I used to really enjoy and look forward to Pattersons book but they have been getting more and more disappointing. This story line was so ridiculous, under developed and the ending had no substance. It was as if the writer got bored with the story and just stopped it. I read this in a few hours and even at that it was a waste of time not to mention a total waste of money.
Great read cant wait for sequel!!
I was immediately drawn in to the story of Jeanine/Nina. Very enjoyable!
So disappointed. This storyline was predictable, unbelievable and suspenseless.
A police department in Key West that didn't know a potential officer had been suspected of murdering his wife? Now he's in New York hob nobing with the FBI. Do you realize how deeply researched police applicants are? Maybe Mr. Patterson should go back to writing his own books, and pay attention to the details!
This would be a great movie if the script was written as events were written in the book! Couldn't put it down!
The book starts out good but ends with such violence i was very disappointed. Goes to show where humans have gone for entertainment; the disgraceful mind of a serial killer.
Couldn't put it down! Read the whole book in one sitting!
This book capped the month of June as my thriller month. All the stories are good---from Black Rain, Triple Agent Double Cross and finally James Patterson's Now You See Her. It is an enjoyable read here. Crafted with a unique style and smooth flow, the story has what it takes to strike a chord with its target readership. It is very original and written with a lyrical and witty touch that made reading it fascinating.The plot is also gripping and the scope of the setting attests to the depth of Patterson's imaginative mind.Overall, this is a well-crafted story.
I really enjoyed this book. It was easy to read and a good story. The problem I had is it cost almost $15.00 which is a lot for a nook book, and it was only about 300 pages. I was able to read it in two days. When I pay that much for a nook book I like it to be a little longer. I have had 99cent books that take longer to read. I liked the story, but it ended too soon. Anyway if you don't mind spending that much it is a good book.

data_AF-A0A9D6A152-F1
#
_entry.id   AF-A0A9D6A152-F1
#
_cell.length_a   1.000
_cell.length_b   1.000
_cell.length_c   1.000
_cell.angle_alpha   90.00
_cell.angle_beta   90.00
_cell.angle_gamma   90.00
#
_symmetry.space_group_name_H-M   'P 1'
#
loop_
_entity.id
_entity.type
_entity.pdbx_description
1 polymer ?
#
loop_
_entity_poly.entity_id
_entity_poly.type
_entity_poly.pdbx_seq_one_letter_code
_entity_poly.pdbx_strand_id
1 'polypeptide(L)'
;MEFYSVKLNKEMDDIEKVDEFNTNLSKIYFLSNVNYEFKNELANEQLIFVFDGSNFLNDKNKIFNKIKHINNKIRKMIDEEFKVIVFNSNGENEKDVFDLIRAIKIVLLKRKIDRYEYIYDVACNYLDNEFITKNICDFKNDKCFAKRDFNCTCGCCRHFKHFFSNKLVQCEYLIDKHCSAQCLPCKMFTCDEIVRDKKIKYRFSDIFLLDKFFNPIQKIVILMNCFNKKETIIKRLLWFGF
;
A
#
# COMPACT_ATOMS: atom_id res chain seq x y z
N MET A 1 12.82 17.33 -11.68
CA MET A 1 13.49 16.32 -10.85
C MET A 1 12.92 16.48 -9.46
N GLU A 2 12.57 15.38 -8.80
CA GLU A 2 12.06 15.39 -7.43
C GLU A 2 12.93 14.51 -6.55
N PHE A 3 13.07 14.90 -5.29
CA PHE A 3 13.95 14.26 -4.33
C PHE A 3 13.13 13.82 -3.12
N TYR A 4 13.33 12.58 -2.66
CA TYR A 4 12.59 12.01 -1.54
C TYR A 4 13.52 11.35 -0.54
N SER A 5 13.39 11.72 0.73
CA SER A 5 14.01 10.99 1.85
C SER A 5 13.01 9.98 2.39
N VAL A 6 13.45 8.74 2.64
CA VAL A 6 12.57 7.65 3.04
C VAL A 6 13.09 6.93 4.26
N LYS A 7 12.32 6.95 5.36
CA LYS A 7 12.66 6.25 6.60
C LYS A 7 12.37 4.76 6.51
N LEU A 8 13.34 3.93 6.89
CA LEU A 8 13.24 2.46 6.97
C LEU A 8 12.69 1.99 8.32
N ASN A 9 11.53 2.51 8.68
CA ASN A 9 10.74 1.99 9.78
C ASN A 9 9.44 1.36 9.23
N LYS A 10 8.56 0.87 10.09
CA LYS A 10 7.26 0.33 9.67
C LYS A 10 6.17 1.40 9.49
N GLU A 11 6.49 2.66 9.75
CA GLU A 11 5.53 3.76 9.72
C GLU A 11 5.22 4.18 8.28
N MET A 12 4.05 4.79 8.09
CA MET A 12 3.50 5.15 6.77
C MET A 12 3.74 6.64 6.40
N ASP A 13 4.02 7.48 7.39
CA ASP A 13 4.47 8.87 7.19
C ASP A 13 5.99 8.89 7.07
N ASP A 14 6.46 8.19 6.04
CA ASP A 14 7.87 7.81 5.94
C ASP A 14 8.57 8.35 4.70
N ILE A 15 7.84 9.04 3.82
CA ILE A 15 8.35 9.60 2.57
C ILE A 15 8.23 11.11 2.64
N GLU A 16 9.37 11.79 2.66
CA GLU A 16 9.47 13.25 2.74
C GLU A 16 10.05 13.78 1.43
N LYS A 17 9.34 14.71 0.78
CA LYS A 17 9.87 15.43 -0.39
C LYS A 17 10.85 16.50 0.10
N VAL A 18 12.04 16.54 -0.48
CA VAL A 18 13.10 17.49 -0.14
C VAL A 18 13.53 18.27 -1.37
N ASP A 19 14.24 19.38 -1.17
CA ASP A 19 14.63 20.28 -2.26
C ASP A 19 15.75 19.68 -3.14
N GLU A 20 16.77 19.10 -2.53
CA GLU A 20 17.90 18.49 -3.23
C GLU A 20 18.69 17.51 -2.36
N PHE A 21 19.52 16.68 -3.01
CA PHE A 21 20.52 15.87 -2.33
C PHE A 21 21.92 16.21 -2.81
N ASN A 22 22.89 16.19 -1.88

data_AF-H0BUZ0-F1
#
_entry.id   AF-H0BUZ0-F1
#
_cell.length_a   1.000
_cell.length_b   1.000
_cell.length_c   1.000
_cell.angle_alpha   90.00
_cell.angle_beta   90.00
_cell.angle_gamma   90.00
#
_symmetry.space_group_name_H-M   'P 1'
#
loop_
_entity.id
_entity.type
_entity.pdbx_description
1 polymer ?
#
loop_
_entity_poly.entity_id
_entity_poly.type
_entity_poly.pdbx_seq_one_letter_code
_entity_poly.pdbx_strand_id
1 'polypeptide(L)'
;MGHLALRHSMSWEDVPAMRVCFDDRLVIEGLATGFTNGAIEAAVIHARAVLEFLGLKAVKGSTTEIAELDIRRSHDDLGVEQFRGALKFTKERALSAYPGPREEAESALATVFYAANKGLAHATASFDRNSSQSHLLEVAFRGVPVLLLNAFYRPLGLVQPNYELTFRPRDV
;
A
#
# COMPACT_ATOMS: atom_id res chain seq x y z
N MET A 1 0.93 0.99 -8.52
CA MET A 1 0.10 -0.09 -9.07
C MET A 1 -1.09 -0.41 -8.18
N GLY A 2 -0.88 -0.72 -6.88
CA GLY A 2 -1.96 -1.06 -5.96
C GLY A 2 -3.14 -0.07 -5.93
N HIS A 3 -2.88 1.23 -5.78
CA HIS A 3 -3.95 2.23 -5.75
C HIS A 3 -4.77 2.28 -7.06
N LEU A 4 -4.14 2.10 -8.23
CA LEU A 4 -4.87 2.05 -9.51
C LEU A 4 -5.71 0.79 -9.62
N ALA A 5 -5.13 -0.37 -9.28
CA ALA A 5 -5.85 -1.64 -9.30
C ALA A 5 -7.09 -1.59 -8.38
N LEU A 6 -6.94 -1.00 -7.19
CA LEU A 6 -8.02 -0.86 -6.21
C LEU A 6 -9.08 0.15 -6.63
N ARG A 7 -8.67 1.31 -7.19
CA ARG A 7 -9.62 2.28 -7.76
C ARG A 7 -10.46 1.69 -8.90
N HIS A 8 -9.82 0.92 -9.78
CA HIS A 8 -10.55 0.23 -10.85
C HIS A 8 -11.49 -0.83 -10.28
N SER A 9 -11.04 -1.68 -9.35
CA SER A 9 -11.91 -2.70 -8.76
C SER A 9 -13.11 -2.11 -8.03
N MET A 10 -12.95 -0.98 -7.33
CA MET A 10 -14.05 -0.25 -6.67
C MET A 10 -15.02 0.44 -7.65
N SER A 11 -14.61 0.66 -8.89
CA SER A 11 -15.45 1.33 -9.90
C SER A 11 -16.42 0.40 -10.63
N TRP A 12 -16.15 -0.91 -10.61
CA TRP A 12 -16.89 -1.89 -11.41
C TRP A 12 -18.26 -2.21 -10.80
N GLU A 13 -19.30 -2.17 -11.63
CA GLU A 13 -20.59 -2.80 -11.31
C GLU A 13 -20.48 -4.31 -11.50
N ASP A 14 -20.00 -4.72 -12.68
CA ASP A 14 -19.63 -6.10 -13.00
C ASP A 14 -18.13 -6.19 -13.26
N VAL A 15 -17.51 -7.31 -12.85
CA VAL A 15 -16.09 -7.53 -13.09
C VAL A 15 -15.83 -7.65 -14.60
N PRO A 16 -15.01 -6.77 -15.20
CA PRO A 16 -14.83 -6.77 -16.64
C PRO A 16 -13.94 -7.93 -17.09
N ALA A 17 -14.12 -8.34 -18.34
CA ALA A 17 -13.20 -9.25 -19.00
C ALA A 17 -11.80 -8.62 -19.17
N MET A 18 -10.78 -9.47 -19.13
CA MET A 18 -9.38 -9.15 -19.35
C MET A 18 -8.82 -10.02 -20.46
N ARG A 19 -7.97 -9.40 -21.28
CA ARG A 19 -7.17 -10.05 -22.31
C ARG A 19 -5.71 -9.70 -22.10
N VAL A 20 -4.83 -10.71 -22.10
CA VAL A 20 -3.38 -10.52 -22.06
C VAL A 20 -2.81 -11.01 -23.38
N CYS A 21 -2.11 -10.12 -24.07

Could NOT put this book down!
I won't buy another book where James Patterson co-writes with someone else. This was so predictable there was no excitement at all.
Yet another awesome story from James Patterson. This was my favorite from him in awhile. Keeps you involved and on the edge of your seat the whole time. Highly recommended!
I agree with many whom have commented- this is one of the best of James Patterson's books couldn't put it down
I wait for the "next Patterson" book with excitement and anticipation. This one disappointed me. The story drags about half way through, and then suddenly everything comes together, the mystery is solved. However, the resulting solution is based on nothing from the story itself. It's just thrown together and makes little sense. When I got to the ending, I thought, "Really!!?!! Where did all this come from?" Doesn't seem to follow the "Patterson pattern". Further, I agree with everyone else that the ebooks are costing too much. I bought my Nook to save money, trips to the library, trips to the bookstore --- If I have to overpay, the rest means nothing.